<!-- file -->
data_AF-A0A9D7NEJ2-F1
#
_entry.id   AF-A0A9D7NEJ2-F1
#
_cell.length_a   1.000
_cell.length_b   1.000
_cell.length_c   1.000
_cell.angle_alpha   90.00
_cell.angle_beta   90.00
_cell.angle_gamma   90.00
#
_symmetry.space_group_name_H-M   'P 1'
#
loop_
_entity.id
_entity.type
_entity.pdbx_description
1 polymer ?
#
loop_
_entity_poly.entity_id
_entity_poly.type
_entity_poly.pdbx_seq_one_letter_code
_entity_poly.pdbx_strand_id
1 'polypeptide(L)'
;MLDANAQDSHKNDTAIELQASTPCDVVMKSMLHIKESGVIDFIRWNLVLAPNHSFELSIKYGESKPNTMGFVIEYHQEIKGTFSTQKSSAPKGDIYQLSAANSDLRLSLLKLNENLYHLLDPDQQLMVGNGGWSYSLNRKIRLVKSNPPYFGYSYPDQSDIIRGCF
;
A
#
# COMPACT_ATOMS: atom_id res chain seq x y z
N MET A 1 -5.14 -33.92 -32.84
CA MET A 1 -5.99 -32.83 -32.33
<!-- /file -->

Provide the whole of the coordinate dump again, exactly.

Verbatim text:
data_AF-A0A9D7NEJ2-F1
#
_entry.id   AF-A0A9D7NEJ2-F1
#
_cell.length_a   1.000
_cell.length_b   1.000
_cell.length_c   1.000
_cell.angle_alpha   90.00
_cell.angle_beta   90.00
_cell.angle_gamma   90.00
#
_symmetry.space_group_name_H-M   'P 1'
#
loop_
_entity.id
_entity.type
_entity.pdbx_description
1 polymer ?
#
loop_
_entity_poly.entity_id
_entity_poly.type
_entity_poly.pdbx_seq_one_letter_code
_entity_poly.pdbx_strand_id
1 'polypeptide(L)'
;MLDANAQDSHKNDTAIELQASTPCDVVMKSMLHIKESGVIDFIRWNLVLAPNHSFELSIKYGESKPNTMGFVIEYHQEIKGTFSTQKSSAPKGDIYQLSAANSDLRLSLLKLNENLYHLLDPDQQLMVGNGGWSYSLNRKIRLVKSNPPYFGYSYPDQSDIIRGCF
;
A
#
# COMPACT_ATOMS: atom_id res chain seq x y z
N MET A 1 -5.14 -33.92 -32.84
CA MET A 1 -5.99 -32.83 -32.33